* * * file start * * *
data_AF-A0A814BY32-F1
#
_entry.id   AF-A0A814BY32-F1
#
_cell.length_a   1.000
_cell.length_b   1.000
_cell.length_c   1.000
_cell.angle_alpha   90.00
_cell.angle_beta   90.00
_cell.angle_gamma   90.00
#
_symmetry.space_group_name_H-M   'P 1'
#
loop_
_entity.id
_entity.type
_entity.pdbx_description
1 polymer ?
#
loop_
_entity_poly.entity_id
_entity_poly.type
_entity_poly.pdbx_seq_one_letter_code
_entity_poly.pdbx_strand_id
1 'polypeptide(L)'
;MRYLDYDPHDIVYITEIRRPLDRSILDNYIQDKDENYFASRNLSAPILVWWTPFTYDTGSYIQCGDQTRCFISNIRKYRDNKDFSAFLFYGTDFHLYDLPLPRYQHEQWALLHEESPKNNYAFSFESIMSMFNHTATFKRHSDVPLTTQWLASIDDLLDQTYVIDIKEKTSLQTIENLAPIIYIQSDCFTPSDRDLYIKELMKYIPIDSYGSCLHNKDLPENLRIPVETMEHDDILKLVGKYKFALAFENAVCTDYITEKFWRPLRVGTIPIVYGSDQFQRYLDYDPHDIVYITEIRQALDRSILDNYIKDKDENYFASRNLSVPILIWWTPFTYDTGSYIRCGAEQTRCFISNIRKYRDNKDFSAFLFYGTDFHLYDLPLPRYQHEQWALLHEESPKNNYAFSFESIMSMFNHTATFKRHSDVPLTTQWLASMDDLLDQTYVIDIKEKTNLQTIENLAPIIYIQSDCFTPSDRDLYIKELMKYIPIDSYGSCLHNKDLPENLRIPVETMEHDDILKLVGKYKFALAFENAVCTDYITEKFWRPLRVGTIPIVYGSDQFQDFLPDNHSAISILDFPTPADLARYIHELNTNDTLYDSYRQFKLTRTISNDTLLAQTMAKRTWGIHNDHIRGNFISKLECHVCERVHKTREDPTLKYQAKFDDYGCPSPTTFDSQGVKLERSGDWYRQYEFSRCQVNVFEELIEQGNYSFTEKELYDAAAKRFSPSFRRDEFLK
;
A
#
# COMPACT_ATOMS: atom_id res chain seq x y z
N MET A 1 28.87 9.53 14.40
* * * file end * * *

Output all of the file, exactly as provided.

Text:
data_AF-A0A814BY32-F1
#
_entry.id   AF-A0A814BY32-F1
#
_cell.length_a   1.000
_cell.length_b   1.000
_cell.length_c   1.000
_cell.angle_alpha   90.00
_cell.angle_beta   90.00
_cell.angle_gamma   90.00
#
_symmetry.space_group_name_H-M   'P 1'
#
loop_
_entity.id
_entity.type
_entity.pdbx_description
1 polymer ?
#
loop_
_entity_poly.entity_id
_entity_poly.type
_entity_poly.pdbx_seq_one_letter_code
_entity_poly.pdbx_strand_id
1 'polypeptide(L)'
;MRYLDYDPHDIVYITEIRRPLDRSILDNYIQDKDENYFASRNLSAPILVWWTPFTYDTGSYIQCGDQTRCFISNIRKYRDNKDFSAFLFYGTDFHLYDLPLPRYQHEQWALLHEESPKNNYAFSFESIMSMFNHTATFKRHSDVPLTTQWLASIDDLLDQTYVIDIKEKTSLQTIENLAPIIYIQSDCFTPSDRDLYIKELMKYIPIDSYGSCLHNKDLPENLRIPVETMEHDDILKLVGKYKFALAFENAVCTDYITEKFWRPLRVGTIPIVYGSDQFQRYLDYDPHDIVYITEIRQALDRSILDNYIKDKDENYFASRNLSVPILIWWTPFTYDTGSYIRCGAEQTRCFISNIRKYRDNKDFSAFLFYGTDFHLYDLPLPRYQHEQWALLHEESPKNNYAFSFESIMSMFNHTATFKRHSDVPLTTQWLASMDDLLDQTYVIDIKEKTNLQTIENLAPIIYIQSDCFTPSDRDLYIKELMKYIPIDSYGSCLHNKDLPENLRIPVETMEHDDILKLVGKYKFALAFENAVCTDYITEKFWRPLRVGTIPIVYGSDQFQDFLPDNHSAISILDFPTPADLARYIHELNTNDTLYDSYRQFKLTRTISNDTLLAQTMAKRTWGIHNDHIRGNFISKLECHVCERVHKTREDPTLKYQAKFDDYGCPSPTTFDSQGVKLERSGDWYRQYEFSRCQVNVFEELIEQGNYSFTEKELYDAAAKRFSPSFRRDEFLK
;
A
#
# COMPACT_ATOMS: atom_id res chain seq x y z
N MET A 1 28.87 9.53 14.40